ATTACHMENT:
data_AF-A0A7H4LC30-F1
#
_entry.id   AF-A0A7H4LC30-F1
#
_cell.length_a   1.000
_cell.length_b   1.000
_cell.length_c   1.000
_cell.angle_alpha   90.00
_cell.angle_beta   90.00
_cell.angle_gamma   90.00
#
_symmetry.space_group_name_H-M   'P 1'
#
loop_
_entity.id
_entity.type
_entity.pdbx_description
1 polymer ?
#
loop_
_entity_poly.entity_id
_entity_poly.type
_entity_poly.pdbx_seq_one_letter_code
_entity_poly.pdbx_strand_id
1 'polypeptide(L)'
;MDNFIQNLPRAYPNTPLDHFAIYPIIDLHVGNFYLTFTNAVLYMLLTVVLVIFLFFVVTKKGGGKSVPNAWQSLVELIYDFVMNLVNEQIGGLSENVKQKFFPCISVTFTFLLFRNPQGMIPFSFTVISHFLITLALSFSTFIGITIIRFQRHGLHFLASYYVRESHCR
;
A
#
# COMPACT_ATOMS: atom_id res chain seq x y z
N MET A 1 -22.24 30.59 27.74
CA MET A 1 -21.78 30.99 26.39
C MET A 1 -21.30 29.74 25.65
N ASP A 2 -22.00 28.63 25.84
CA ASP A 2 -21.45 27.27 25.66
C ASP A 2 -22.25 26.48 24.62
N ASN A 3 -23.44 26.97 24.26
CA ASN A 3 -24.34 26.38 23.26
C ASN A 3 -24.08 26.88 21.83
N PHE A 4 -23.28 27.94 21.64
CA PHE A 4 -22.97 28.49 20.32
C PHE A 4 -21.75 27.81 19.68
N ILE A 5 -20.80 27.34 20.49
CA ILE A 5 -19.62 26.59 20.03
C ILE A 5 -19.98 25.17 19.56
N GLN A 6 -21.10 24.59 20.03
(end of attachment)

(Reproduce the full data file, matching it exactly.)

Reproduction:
data_AF-A0A7H4LC30-F1
#
_entry.id   AF-A0A7H4LC30-F1
#
_cell.length_a   1.000
_cell.length_b   1.000
_cell.length_c   1.000
_cell.angle_alpha   90.00
_cell.angle_beta   90.00
_cell.angle_gamma   90.00
#
_symmetry.space_group_name_H-M   'P 1'
#
loop_
_entity.id
_entity.type
_entity.pdbx_description
1 polymer ?
#
loop_
_entity_poly.entity_id
_entity_poly.type
_entity_poly.pdbx_seq_one_letter_code
_entity_poly.pdbx_strand_id
1 'polypeptide(L)'
;MDNFIQNLPRAYPNTPLDHFAIYPIIDLHVGNFYLTFTNAVLYMLLTVVLVIFLFFVVTKKGGGKSVPNAWQSLVELIYDFVMNLVNEQIGGLSENVKQKFFPCISVTFTFLLFRNPQGMIPFSFTVISHFLITLALSFSTFIGITIIRFQRHGLHFLASYYVRESHCR
;
A
#
# COMPACT_ATOMS: atom_id res chain seq x y z
N MET A 1 -22.24 30.59 27.74
CA MET A 1 -21.78 30.99 26.39
C MET A 1 -21.30 29.74 25.65
N ASP A 2 -22.00 28.63 25.84
CA ASP A 2 -21.45 27.27 25.66
C ASP A 2 -22.25 26.48 24.62
N ASN A 3 -23.44 26.97 24.26
CA ASN A 3 -24.34 26.38 23.26
C ASN A 3 -24.08 26.88 21.83
N PHE A 4 -23.28 27.94 21.64
CA PHE A 4 -22.97 28.49 20.32
C PHE A 4 -21.75 27.81 19.68
N ILE A 5 -20.80 27.34 20.49
CA ILE A 5 -19.62 26.59 20.03
C ILE A 5 -19.98 25.17 19.56
N GLN A 6 -21.10 24.59 20.03